Forge, 2005 (2005)
Reviewed by Mary Ann Smyth
r. Tyler Matthews strongly suspects something is terribly wrong with Seattle Maynard Medical Center's electronic medical records system, after his patient's brain receives the wrong dose of radiation - ending in the patient's death. This beginning alone makes me wary of entering a hospital; I think I'll reconsider that cataract surgery.
ith a finely tuned protagonist and a fast-paced, action-packed plot, Allen Wyler has produced a first novel that is a real page-turner. While
is fiction, Wyler writes from thirty years of experience as a neurosurgeon. Though the plot takes a bit to get started, the pressure stays unrelenting until the last page. Dr. Matthews is not perfect. Which of us is? I would have liked to know his estranged wife Nancy a little better, but she really didn't have a large part to play. Matthews not only tries to save his own life and that of Nancy's, but he is also vainly trying to recoup his medical career that was put on hold by the FBI and his associates, after he was unjustly accused of using drugs. His marriage is on the rocks. Can it be salvaged? What else can go wrong?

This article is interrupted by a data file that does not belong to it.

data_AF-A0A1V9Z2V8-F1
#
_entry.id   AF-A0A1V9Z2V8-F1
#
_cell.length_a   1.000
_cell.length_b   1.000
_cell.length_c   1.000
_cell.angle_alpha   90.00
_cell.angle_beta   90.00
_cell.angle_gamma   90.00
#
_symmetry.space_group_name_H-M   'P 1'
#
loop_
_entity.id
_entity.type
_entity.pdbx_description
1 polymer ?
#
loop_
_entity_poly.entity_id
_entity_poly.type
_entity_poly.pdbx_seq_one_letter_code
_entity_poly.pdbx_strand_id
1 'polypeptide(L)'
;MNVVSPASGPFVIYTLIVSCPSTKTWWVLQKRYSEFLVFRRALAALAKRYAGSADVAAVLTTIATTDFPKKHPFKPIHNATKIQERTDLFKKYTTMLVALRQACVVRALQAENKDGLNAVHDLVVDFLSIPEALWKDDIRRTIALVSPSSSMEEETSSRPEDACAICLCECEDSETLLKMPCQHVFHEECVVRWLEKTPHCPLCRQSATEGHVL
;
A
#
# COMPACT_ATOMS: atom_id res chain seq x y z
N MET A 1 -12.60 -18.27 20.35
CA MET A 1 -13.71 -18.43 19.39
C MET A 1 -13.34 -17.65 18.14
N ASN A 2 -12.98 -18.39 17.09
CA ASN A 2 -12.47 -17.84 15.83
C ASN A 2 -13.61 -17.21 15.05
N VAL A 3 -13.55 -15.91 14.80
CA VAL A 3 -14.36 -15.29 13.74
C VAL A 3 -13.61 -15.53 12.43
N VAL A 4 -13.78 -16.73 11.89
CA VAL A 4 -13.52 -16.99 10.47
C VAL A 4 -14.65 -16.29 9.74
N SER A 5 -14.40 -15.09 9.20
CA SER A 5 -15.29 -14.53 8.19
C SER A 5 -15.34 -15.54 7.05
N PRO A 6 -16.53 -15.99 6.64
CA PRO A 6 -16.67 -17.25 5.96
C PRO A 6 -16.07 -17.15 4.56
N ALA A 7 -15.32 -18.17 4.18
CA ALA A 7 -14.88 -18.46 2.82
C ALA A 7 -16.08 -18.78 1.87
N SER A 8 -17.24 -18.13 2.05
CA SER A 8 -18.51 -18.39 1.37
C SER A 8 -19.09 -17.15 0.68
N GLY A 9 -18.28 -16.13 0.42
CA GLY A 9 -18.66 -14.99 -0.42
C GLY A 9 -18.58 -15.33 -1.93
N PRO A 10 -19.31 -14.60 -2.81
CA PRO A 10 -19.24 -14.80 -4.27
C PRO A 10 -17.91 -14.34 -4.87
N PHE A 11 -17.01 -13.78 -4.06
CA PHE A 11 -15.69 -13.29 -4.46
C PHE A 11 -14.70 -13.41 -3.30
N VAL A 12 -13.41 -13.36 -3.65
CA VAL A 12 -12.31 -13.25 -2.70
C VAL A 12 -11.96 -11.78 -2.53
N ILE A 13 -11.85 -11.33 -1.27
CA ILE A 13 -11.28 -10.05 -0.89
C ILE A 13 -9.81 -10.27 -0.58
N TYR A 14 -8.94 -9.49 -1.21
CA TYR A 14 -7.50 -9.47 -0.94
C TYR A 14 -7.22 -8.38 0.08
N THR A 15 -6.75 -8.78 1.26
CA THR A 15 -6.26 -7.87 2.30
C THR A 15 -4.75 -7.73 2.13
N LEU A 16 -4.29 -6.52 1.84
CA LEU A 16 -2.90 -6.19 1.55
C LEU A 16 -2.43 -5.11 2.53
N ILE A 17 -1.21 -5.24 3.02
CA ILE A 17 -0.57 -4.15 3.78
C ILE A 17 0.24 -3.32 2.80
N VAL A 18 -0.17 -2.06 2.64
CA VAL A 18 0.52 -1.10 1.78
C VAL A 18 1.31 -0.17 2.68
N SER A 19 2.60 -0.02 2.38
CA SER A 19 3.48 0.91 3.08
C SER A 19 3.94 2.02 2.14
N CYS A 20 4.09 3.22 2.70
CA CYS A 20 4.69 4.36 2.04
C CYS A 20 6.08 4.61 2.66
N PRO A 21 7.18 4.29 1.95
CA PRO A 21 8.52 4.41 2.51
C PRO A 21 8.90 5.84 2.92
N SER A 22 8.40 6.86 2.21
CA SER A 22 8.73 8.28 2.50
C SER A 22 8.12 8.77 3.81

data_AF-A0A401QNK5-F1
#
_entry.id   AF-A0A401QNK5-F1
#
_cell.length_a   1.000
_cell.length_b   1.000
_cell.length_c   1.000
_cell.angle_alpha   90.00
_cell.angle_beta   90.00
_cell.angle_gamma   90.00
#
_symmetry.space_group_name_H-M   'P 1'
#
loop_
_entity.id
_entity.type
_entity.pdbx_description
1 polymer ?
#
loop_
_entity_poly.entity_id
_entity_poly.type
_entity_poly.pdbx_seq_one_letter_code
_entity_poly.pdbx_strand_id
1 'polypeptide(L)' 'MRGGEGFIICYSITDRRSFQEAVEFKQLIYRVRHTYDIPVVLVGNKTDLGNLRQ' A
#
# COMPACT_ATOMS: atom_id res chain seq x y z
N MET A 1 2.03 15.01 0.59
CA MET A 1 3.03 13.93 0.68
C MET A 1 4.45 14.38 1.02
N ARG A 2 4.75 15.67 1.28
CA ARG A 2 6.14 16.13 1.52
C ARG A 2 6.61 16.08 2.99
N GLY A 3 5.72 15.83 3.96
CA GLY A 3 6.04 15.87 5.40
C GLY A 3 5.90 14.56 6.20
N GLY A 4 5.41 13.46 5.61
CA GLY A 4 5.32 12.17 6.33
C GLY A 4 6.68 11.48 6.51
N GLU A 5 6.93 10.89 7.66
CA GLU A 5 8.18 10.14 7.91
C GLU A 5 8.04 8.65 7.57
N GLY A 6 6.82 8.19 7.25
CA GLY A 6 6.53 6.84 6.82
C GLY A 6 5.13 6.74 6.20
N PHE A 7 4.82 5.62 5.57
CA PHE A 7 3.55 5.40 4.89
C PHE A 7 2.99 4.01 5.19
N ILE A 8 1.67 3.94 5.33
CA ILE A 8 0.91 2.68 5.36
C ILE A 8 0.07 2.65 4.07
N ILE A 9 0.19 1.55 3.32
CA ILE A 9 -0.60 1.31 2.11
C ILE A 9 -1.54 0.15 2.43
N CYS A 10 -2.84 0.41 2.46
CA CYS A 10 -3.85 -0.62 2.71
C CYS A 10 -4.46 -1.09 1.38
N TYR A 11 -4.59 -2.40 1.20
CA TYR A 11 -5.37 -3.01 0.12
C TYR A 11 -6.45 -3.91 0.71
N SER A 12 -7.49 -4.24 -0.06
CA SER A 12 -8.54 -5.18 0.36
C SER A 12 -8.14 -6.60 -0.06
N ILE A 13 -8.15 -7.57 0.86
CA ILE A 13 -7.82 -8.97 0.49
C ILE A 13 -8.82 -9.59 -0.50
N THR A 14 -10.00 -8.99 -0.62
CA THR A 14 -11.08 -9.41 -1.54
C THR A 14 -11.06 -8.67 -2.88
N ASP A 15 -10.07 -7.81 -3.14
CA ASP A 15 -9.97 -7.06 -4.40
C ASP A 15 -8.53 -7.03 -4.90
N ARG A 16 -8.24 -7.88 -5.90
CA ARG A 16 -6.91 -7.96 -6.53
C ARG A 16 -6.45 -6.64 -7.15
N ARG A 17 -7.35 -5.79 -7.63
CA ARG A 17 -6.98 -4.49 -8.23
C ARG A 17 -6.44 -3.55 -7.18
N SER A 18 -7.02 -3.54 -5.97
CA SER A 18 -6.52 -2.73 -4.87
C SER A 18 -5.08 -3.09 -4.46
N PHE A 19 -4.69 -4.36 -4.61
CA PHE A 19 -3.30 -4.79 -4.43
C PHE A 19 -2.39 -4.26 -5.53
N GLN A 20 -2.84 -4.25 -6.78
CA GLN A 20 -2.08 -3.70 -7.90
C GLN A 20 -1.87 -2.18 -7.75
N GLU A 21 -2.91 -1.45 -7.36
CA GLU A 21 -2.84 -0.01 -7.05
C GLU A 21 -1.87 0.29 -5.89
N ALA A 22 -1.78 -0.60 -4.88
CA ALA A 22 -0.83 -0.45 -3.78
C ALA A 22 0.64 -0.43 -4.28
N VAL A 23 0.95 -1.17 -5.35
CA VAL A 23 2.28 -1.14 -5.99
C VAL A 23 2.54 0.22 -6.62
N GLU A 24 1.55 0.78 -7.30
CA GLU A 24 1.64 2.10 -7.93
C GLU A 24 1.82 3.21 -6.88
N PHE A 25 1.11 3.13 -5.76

he medical community seems determined to derail Dr. Matthews' return to a clean reputation. The FBI feels it's okay to once again jeopardize both his career and his life if it brings the results they're after. Whom can he trust but himself? This novel is not to be missed. And I do think I'll go for that operation - after all, this is fiction, isn't it?
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